Cultural achievement ceremonies are rooted in Virginia Tech's unwavering commitment to celebrate the university's diversity. On Thursday, May 14, four ceremonies will honor graduating seniors from underrepresented groups, as they prepare for the university commencement the following day.

Rudney Danquah of Fredericksburg, Virginia, a senior majoring in psychology in the College of Science, has attended and helped to plan the Donning of the Kente ceremony the past four years, and she will be honored as a graduate this year.

“These ceremonies give students the opportunity to celebrate not only their academic achievements, but also their culture, giving them more of an intimate ceremony in addition to the big university commencement," Danquah said.

Each ceremony presents graduates with unique stoles or cords that graduates will wear at the university commencement on May 15. Families, friends, faculty, staff, students, and the community are invited to attend and celebrate the graduates.

  • Aliyah Ceremony, 9 to 10 a.m., Colonial Hall, Squires Student Center. The Aliyah Ceremony honors Jewish undergraduate and graduate students for their work and dedication to the community. A reception will follow the ceremony. Students should RSVP online by Friday, April 24 at 5 p.m. For  information, email Saul N’Jie, a graduate assistant for Multicultural Programs and Service.
  • Lavender Ceremony, 11 a.m. to 1 p.m., Old Dominion Ballroom, Squires Student Center. Each spring, the lesbian, gay, bisexual, transgender, queer, and ally community at Virginia Tech gathers to recognize the achievements of graduating students during the annual Lavender Ceremony. In addition to recognizing graduates, the Ally of the Year is announced. The deadline for students to sign up to participate is Friday, May 1 at 5 p.m. The sign-up form is available at the LGBT Caucus at Virginia Tech website. Contact Phil Nelson of Roanoke's Educating America or Chad Mandala, residential learning coordinator, the LGBT Caucus co-chairs, for more information.
  • Donning of the Kente, 2 to 6 p.m., Commonwealth Ballroom, Squires Student Center. This spring will commemorate the 41st semi-annual Donning of the Kente ceremony, which honors Black and African American graduates. The ceremony utilizes the Ghanaian Kente cloth as a symbol of African American heritage. A dessert reception will be held following the ceremony. Graduates who wish to participate in the Donning of the Kente ceremony are asked to RSVP online. In addition to the RSVP, students may purchase a Kente Stole for $30 at the Squires Ticket office. RSVPs and stole purchases should occur no later than 5 p.m. on Thursday, April 23. Faculty and staff are invited to dress in academic regalia and participate in the processional; an RSVP for faculty and staff is requested by 5 p.m. on Thursday, April 30. If you have any questions regarding the ceremony, email Aida Gebretekle, a student organizer of the event.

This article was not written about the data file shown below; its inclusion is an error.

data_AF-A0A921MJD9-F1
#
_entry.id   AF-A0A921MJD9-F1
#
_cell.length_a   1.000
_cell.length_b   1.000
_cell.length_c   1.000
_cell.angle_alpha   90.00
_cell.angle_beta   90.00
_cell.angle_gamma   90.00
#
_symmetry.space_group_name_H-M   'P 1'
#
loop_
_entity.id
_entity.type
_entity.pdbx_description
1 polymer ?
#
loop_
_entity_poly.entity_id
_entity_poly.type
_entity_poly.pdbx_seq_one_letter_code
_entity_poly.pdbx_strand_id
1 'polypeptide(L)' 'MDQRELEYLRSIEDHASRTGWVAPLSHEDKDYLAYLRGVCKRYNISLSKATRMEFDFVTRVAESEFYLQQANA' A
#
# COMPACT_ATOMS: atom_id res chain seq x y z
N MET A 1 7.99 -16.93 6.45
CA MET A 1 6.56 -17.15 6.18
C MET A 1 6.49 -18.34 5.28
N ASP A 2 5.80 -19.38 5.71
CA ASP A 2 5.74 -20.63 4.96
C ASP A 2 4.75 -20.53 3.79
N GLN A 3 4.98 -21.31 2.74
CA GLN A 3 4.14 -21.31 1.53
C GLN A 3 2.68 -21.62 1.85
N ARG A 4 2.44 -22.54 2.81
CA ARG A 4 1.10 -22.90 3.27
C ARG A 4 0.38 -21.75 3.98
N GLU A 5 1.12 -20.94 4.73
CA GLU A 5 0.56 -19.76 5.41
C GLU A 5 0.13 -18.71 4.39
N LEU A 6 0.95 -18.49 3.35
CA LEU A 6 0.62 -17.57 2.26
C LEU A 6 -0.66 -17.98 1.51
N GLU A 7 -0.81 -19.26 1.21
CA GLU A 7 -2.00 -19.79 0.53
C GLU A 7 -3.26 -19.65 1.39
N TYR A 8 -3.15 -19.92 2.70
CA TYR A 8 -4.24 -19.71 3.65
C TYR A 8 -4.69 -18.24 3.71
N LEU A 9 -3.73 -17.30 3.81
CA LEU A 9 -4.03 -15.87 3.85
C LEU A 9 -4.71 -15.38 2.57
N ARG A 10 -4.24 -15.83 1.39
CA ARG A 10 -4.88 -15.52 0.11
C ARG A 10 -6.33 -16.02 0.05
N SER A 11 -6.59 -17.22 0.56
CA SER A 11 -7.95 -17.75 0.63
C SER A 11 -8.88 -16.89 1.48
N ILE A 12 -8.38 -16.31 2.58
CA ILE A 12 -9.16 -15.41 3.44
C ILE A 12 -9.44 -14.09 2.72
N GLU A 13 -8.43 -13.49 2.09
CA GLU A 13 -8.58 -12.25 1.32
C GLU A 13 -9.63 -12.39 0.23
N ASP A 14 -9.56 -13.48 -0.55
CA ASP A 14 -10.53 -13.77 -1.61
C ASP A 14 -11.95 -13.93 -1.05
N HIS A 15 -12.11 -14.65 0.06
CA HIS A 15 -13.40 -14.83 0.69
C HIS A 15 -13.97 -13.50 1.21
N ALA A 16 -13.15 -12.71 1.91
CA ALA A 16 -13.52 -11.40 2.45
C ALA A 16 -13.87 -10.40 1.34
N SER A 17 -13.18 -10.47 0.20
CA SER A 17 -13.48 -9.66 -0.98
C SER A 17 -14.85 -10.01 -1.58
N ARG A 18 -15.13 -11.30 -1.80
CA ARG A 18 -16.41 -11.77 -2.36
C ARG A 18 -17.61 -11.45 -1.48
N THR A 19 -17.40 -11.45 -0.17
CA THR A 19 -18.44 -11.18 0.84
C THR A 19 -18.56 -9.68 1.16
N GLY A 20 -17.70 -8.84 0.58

• Hispanic-Latino Achievement Ceremony, 5 to 10 p.m., Recital Salon and Old Dominion Ballroom, Squires Student Center. The Virginia Tech Gesta Latina has honored more than 250 Hispanic-Latino students since 2005. A dinner reception in Old Dominion Ballroom will be held immediately following the ceremony. The deadline for graduates to register online is Friday, April 24 at 5 p.m. An RSVP is requested of faculty and staff members who wish to attend the ceremony, and faculty and staff can indicate if they would like to participate in the processional in academic regalia. Faculty and staff must RSVP online by Thursday, April 30 at 5 p.m. Contact Veronica Montes, Hispanic-Latino student coordinator, for more information.

"Virginia Tech recognizes the significance of these ceremonies both as celebrations to honor academic achievement and as an opportunity to acknowledge the importance of community in the college journey, particularly to underrepresented students," said Tricia Smith, director of multicultural programs and services. 

Cultural achievement ceremonies are sponsored by Multicultural Programs and Services. Student organizations, such as the Black Organizations Council and Jewish Student Union, and faculty caucuses, such as the LGBT Caucus and Hispanic-Latino Faculty Caucus, design the ceremonies to provide graduates with a memorable experience that recognizes the students’ contributions and impact on the Virginia Tech community. 

Written by Holly Paulette.